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Guest Ruahrc

Some questions about Classic Airliners 2...

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All of a sudden today I have this impulse to find a good DC-10. I currently have the SGA model which IMO is fantastic but lately as I have become accustomed to "proper" panels (i.e. PMDG, PSS, etc) with FMC and systems simulation the freeware panel I have for the DC10 isn't cutting it anymore. I found the Aerosim Classic Airliners 2 package and saw that it included a DC-10. Sweet. But I have not been able to find much info regarding the product. Maybe you guys can help me out?To start off- What liveries are available for the DC-10? Specifically I want NWA's OC (red body and grey top) and NC (silver body and red tail) liveries. To be honest, that's all I really care about hehe. The whole package for an NWA DC-10.How detailed is the systems simulation? Are things such as electric generators and hyrdaulic pressure simulated? What about cabin pressurization? Fuel management? (Transferring fuel from tank to tank etc. Apparently on the DC-10 fuel management was necessary in-flight to keep the AC in CoG limits)Navigation? I see on the L1011 that you all love it's got an INS and a FMC tied into it. Apparently the DC-10 was a little before the time of the FMS.. so it has INS only? Is it possible to navigate the aircraft solely by the INS, or is it more of a "display" gauge on the DC-10 which is neat to look at (displays your lat/lon position) but not really useful from a navigation standpoint? I know it's a different story on the L1011 with the FMC but what's it like on the DC-10? I looked at the screenshots on the aerosim website and saw in the DC-10 panel there was a switch for NAV/GPS. This swich tells me FS9 default GPS is really what's used on the DC-10 panel for navigation? Not any different from the freeware panel I have now? The quality and the functionality of the panel/systems is very critical to me- I want a fairly realistic representation of the DC-10. Not necessarily looking for PMDG-level simulation (although that woudl be nice! :)) but if I can essentially get the same functionality from a freeware panel then it makes Classic Airliners 2 a tough sell....Have you guys seen the Simufly Delco CIVA INS gauge? The website is at http://www.simufly.com/ins Apparently it's a very complete simulation of the real INS unit and is truly one of the best "hidden gems" of FS. Not many people know of it, not many people want this level of complexity, and best of all it's FREE! Anyways how does the INS packaged with the DC-10 compare to this Simufly unit? And if the simufly unit is more comprehensive, has anyone here tried installing the Simufly unit to the jets of Classic Airliners 2? Apparently like the pilots on this forum, people who use the Simufly INS swear by it.Does it have wing-views? I like to use Active Camera and get wing views- can I do this with the DC-10?How detailed is the model? If any of you are familiar with the SGA DC-10 how does it compare? I consider the SGA model to be quite detailed and if the Aerosim model is similar I'm happy. Does it have wingflex? Opening passenger/cargo doors?How is the airplane performance-wise? Is it heavy on frames or does it run pretty well? My system I consider "low high-end" so I don't forsee any problems but still curious because I run a lot of complex scenery.Whew sorry for so many questions guess I had a lot :). Anyways this Classic Airliners 2 package really has me curious but I need some more info before I can make a purchase. Thanks for any help you can provide to me!Ruahrc

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Ruahrc,The DC-10-30 comes with the Factory Douglas paint and the new Hawaiian colors. There are also repaints in FedEx, World and Gemini.The DC-10-40 comes with the Factory Douglas paint and the Old NWA paint not the silver newest NWA paint job. Not too sure if there are any repaints for the dash 40, but I think the dash 10 repaints will work on the dash 40?If you are only interested in the DC-10 I would probably just recommend staying with the SGA DC-10, download a freeware panel and install the CIVA INS into the panel.I haven't flown the AeroSim DC-10 so I can't comment on how the aircraft handles in the air.Hope this helps.Ed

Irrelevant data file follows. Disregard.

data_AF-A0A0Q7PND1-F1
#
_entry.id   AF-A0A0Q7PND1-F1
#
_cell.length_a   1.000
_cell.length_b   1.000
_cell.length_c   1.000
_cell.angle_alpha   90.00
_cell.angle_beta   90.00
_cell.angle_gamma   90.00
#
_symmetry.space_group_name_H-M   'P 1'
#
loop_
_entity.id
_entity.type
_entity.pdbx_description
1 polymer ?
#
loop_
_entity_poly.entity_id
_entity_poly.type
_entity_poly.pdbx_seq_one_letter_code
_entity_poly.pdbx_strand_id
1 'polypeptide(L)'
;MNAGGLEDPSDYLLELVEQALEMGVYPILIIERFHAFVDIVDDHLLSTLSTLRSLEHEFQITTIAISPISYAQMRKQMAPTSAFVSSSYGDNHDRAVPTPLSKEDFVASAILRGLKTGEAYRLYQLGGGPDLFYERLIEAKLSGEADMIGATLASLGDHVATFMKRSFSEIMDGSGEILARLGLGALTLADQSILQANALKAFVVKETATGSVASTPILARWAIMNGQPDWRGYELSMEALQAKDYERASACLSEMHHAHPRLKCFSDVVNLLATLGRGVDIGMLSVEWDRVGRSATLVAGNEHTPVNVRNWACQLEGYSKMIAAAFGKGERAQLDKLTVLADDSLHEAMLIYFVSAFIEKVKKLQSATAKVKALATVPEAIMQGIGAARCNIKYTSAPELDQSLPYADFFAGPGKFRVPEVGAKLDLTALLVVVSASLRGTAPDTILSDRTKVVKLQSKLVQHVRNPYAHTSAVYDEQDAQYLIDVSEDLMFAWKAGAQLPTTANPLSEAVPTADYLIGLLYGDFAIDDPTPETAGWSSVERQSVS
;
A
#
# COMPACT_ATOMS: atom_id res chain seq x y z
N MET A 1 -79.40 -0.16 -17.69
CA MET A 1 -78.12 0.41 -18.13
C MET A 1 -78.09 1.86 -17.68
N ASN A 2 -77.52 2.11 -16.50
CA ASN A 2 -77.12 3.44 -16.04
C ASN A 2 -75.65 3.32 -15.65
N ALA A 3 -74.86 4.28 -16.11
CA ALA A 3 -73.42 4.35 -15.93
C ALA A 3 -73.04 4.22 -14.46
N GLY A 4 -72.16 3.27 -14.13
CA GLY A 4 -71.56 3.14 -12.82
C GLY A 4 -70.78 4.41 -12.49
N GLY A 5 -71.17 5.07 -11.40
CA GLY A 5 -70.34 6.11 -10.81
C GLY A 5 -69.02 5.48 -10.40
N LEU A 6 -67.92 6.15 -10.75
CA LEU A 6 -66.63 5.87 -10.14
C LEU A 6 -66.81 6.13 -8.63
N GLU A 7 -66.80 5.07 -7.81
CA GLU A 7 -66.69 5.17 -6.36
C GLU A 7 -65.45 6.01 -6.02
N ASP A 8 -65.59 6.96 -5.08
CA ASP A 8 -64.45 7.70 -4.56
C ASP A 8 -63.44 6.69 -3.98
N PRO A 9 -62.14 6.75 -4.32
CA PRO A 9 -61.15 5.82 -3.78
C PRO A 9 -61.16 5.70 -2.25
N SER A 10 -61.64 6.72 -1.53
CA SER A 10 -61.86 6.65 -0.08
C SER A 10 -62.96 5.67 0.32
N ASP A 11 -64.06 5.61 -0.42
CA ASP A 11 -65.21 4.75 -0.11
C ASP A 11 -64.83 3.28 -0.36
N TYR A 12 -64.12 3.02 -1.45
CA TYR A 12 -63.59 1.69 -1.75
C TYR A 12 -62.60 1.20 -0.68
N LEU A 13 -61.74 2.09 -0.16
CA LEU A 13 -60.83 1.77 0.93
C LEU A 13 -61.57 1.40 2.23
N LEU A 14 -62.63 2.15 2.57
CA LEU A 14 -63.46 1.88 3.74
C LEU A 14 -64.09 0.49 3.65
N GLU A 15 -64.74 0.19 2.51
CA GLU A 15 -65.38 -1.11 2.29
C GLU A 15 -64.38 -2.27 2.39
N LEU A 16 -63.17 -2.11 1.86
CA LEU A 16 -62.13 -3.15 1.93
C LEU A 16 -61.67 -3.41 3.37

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I have flown the Aerosim DC-10 and she handles sweet. If all you're looking for is the Northwest livery I would buy it. The visual model is slighty better than SGA's. What the heck is a IMO? I fly strickly GPS. As far as liveries go for whatever reason there are very few, two or three.

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Thanks for the replies :) Looks like I finally managed to pull you guys away from that TriStar cockpit...INS is a navigation tool used on real-world aircraft. Basically it operates on the principle that if you know where you started, know how fast you're going at all times, and know in which direction you are flying, you should be able to tell where you are.To that end you first program your current location in the beginning of a flight when you are at the gate, and then the INS system has very sensitive gyroscopes that can detect motion in any direction. Coupled with speed readings you can always tell where you are. No GPS Satellite needed, no radio beacon needed, it's all internal. Naturally the accuracy will begin to diminish after a few hours but combined with ground-based navaids and linking multiple INS units together (most long-haul airplanes have 3) you can get around the accuracy degradation.Since you fly GPS I take it the DC-10 panel uses the MSFS GPS then huh? That's what I was afraid of. I think for the time being I will stick to the SGA DC-10. I will craft out the GPS and craft in the INS, and see how it goes. I do have a couple strange issues with the SGA's FDE in that it likes to cruise at 5 degrees pitch, a little too high for my tastes. I know enough about aircraft.cfg to adjust that though.Thanks for the responses though! BTW does the Aerosim DC-10 have any kind of systems simulation like Fuel management, cabin pressure, APU? What about the other Classic Liners 2 jets like the Tristar?Ruahrc